Some games are quick, easy affairs that you’ll learn in a few minutes! Maybe you’ll then take years to master them; heaven knows plenty of folks are still hooked on Tetris, after all. Other games…well, you’re going to need to set some time aside to really get going. Anything made by Paradox, for instance, or many of the titles produced by Games Workshop. That includes today’s topic, which recently received an expansion in the form of the Blood Bowl 2: Legendary Edition.
What’s Blood Bowl? Well, it’s American football…sort of. It’s more violent, which is saying something, and the players aren’t all human by any means. The ref tends to be a little more open to bribery and the crowd tends to be a little more physically involved in the game, by which I mean they’ll beat the ever-living crap out of any player that ends up out of bounds. Your only real hope of coming out of a Blood Bowl match alive is by paying proper respect to Nuffle, the Chaos God of the sport (who has no relation to the NFL, none at all), and even then there’s no guarantees.
Football is a deceptively complex game, especially if you’re not already familiar with the sport, and the same can certainly be said of Blood Bowl. You’ve got player stats, field conditions and positioning to think about on top of other coaching duties like managing the team and buying extracurricular boosts with the team’s slush fund. While there’s a tutorial available to help out with the basics, it can’t really get across every last quirk you’ll need to learn and remember to do well here. There’s way too much to get into every facet of how to properly play the game in this review, but the bottom line, so far as I understand it, is that Blood Bowl as a whole is all about risk management.
Nearly everything you do in a Blood Bowl match carries some element of risk, represented by die rolls and percentages. Running down the field is safe, for instance, but by accepting a chance that your player might trip you can push them just that tiny bit further. Tackling other players runs the risk of your own player taking the hit instead. Even picking up the ball can be dangerous – that thing’s slick with gore, after all, and it’s entirely possible your player may drop it! Success means prioritizing what you’ll do and when, typically by taking your low-risk actions early in a turn (to secure at least some degree of success) and saving anything more dangerous for later. You’ll also want to make life hard for your opponent in such a way that they have to take more risky actions to try and get anything done.
The race you choose to play is significant when it comes to how you’ll approach the action on the field, of course. You’ve got your basic humies, for instance, who are jacks-of-all-trades that can do a bit of everything. More aggressive coaches might prefer the Dwarves or Orcs, who are naturally great at clearing their path to the endzone via copious violence, while more tactical coaches might have better luck with one of the agile flavors of Elves. If you’re the more adventurous type, you could try Chaos, who start off a little bland but grow exponentially more powerful if you stick with them, or the Halflings, who are straight up awful at everything and require some cheating to make it through. The Legendary Edition expands your options a little bit more, offering Vampire, Goblin and even a Circus team featuring football-playing bears among others. There’s bound to be something to suit your playstyle.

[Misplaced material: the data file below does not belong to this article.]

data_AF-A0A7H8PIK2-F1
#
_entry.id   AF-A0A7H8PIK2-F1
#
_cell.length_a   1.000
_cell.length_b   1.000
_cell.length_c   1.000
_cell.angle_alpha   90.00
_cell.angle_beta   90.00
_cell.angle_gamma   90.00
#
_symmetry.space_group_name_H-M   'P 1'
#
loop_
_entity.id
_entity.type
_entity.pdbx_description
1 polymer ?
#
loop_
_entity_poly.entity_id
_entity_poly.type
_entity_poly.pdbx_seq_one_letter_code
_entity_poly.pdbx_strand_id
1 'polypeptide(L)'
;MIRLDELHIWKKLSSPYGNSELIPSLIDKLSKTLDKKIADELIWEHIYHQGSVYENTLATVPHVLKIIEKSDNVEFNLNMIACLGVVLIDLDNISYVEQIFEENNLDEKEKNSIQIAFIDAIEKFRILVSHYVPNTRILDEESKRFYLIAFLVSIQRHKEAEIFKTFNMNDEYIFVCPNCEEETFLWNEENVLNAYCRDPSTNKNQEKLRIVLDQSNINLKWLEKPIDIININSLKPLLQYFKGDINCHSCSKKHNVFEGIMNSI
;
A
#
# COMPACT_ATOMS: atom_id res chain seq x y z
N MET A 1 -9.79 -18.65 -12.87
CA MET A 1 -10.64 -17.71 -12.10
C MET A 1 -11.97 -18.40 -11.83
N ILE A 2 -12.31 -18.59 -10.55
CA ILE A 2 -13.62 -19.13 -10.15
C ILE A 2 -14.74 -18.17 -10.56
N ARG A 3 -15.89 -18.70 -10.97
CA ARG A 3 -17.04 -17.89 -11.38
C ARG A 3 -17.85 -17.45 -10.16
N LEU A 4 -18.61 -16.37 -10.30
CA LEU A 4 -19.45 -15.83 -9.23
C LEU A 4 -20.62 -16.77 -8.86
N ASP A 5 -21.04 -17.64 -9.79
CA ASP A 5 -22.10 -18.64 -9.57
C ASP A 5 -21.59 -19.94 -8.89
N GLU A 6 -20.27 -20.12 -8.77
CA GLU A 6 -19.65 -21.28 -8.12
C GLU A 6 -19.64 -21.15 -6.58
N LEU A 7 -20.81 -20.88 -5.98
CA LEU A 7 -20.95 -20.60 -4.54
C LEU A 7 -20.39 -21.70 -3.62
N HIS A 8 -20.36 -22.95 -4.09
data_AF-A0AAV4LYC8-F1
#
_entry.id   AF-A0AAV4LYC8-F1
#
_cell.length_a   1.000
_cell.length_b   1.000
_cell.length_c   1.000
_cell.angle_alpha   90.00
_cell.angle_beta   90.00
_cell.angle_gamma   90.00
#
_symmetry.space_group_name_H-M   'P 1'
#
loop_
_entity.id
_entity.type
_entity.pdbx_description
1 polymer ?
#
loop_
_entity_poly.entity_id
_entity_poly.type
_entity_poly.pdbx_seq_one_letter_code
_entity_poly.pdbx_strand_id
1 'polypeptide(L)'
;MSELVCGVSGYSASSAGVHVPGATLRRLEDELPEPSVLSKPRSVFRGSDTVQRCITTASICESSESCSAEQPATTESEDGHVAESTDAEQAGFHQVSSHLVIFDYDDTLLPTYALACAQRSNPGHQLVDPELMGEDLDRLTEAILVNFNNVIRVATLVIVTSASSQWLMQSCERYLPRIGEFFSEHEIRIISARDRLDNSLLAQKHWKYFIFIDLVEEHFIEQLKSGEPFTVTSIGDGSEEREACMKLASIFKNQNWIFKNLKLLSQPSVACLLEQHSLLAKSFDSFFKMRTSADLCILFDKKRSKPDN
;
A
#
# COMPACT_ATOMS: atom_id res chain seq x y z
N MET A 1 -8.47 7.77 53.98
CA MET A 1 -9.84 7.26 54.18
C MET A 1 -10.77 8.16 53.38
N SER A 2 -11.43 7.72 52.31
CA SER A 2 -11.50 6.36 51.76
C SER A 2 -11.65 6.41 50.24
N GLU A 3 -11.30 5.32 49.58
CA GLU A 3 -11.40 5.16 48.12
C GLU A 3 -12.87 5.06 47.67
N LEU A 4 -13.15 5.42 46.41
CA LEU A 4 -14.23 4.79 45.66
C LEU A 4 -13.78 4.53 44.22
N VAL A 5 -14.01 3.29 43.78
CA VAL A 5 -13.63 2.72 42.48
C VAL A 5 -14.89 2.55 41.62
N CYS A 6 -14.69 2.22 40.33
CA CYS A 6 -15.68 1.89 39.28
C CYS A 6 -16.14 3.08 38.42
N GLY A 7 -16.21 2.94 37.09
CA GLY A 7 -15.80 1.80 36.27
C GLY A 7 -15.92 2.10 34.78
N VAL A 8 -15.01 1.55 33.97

That’s not all the expansion adds, of course. You’ve also got the new Challenge Mode, which is essentially a series of problems you need to solve in a single turn a la chess problems, and the Eternal League where you can play a team until…well, until you get sick of playing them. Along with the story-focused campaign mode and the extremely extensive suite of online options, there’s plenty for Blood Bowl fans to take in here. I’m not kidding about that “extremely extensive” thing, by the way – if Blood Bowl happens to click for you, you’re never going to run out of things to do and people to tackle here. It’s more than a little overwhelming.
Players familiar with the Warhammer Fantasy universe are bound to love Blood Bowl 2’s presentation. Beloved races and players come to life on the field, tackles look appreciably devastating and the stadiums (including the new Egyptian-themed Khemi stadium) look fantastic. It’s lovely, especially on a beefy PC. Also lovely, at least for a little while, is the commentary from the vampire-and-ogre duo of match announcers. These guys provide hilarious anecdotes and discussion about what’s happening on the field, but they run out of lines pretty quickly and you’ll be hearing repeats within a couple of matches.
Blood Bowl 2 is a slow burner, there’s no two ways around it – you aren’t just going to dip your toes into this one and expect to get much out of it in a hurry. As a strategy game that owes everything to its tabletop roots, you’re going to need to study up and practice to really appreciate what’s going on here. If you’ve got the time and patience to make that happen, though, then there’s an unquestionably huge amount of content here that’s bound to tickle any gridiron warrior, and MVPs who’ve played the original version of the game and loved it are certainly going to want to check out the additions made in the Legendary Edition.